• @Nicholas Knight: Fair point. As always, the standard procedure is to make optimizations only after taking measurements and making sure that it is necessary. I wonder if I even knew that back in '08? :)
    – e.James
    May 16 '11 at 6:17

To help with really big strings SGI has the class Rope in its STL.
Non standard but may be usefull.


Apparently rope is in the next version of the standard :-)
Note the developer joke. A rope is a big string. (Ha Ha) :-)


This is a lateral thinking answer, not directly addressing the question but "thinking" around it. Might be useful, might not...

Readonly processing of std::string doesn't really require a very complex subset of std::string's features. Is there a possibility that you could do search/replace on the code that performs all the processing on std::strings so it takes some other type instead? Start with a blank class:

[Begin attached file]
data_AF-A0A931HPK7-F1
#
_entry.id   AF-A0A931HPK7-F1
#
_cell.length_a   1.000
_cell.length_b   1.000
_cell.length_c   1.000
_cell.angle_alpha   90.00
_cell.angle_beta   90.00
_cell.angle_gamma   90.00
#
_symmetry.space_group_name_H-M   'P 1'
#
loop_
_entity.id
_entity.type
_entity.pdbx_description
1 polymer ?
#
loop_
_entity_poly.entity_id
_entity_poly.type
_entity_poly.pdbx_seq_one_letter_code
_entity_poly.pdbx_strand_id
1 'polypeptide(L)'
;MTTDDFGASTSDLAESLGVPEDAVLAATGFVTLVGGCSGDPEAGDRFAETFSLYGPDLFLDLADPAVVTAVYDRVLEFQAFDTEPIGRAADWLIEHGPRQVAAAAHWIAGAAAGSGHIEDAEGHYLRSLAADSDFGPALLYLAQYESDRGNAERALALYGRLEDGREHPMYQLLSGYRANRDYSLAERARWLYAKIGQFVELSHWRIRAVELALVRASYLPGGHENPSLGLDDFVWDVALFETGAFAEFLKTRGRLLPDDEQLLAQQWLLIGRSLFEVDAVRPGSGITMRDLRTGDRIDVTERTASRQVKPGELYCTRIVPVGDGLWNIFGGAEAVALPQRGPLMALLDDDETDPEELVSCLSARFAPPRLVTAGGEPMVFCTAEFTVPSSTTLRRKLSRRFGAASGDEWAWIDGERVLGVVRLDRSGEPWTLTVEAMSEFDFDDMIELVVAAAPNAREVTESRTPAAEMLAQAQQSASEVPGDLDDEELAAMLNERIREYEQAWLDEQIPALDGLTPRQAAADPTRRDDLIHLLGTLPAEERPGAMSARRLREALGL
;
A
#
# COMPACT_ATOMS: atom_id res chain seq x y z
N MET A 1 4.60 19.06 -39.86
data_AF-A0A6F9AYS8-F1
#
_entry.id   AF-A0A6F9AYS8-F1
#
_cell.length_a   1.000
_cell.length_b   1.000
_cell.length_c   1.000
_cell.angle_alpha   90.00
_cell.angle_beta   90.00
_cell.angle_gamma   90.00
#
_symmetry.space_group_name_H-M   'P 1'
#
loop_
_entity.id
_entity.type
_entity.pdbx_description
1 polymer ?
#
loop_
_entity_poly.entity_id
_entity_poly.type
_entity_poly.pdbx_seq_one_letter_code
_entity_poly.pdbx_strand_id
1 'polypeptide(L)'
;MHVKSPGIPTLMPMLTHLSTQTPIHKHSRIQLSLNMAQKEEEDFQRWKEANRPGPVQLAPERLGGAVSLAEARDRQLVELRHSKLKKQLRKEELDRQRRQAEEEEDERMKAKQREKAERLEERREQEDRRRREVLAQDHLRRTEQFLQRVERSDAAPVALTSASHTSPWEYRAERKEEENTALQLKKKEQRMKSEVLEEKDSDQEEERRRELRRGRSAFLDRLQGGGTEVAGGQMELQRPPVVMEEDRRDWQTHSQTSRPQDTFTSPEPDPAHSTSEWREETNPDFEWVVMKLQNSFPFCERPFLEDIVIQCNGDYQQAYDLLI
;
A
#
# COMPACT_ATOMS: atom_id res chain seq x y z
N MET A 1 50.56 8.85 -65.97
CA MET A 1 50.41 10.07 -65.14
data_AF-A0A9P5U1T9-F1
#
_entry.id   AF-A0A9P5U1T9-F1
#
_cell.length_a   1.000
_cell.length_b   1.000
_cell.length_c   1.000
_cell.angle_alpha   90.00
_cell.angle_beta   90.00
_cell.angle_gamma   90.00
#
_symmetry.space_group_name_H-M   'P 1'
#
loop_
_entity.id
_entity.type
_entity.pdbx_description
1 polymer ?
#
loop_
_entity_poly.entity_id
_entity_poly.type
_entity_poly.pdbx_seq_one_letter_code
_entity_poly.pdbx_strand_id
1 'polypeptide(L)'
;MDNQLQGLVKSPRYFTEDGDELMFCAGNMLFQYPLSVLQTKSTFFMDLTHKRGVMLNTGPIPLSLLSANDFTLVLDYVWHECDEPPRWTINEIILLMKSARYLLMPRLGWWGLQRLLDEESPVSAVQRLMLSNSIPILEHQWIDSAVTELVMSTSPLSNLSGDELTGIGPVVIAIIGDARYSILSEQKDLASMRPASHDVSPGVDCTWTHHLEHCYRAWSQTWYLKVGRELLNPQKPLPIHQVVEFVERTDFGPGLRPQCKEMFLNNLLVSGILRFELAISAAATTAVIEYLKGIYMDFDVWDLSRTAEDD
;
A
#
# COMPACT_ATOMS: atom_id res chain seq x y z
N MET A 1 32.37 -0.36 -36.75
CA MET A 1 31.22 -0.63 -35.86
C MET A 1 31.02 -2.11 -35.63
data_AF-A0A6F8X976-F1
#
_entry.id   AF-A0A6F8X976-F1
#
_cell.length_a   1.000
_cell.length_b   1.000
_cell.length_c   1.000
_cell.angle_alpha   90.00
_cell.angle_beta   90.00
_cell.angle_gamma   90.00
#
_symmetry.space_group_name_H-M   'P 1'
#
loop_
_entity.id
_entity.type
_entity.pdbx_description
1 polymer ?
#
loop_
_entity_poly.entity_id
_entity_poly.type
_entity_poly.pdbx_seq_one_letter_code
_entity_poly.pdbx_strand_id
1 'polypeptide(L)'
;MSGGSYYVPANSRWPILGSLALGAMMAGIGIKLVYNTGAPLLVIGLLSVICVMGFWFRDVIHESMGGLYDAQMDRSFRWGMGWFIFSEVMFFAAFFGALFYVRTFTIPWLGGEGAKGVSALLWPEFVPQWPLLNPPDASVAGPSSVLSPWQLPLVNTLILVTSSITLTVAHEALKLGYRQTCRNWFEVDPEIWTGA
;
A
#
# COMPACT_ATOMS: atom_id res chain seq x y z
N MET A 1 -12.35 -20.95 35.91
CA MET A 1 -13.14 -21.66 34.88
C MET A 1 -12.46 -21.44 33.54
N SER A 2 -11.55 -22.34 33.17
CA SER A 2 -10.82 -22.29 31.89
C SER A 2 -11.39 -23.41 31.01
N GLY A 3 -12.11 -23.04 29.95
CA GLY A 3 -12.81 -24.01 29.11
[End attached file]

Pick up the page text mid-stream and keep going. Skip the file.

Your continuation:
class lightweight_string { };

Then replace all std::string references with lightweight_string. Perform a compilation to find out exactly what operations are needed on lightweight_string for it to act as a drop-in replacement. Then you can make your implementation work however you want.


Is each iteration independent enough that you can use the same std::string for each iteration? One would hope that your std::string implementation is smart enough to re-use memory if you assign a const char * to it when it was previously used for something else.

Assigning a char * into a std::string must always at least copy the data. Memory management is one of the main reasons to use std::string, so you won't be a able to override it.


In this case, might it be better to process the char* directly, instead of assigning it to a std::string.

  • 3
    Yes it would, although the inputs (C char*'s) and output (std::string) are not under my control.
    – Akusete
    Dec 12 '08 at 2:35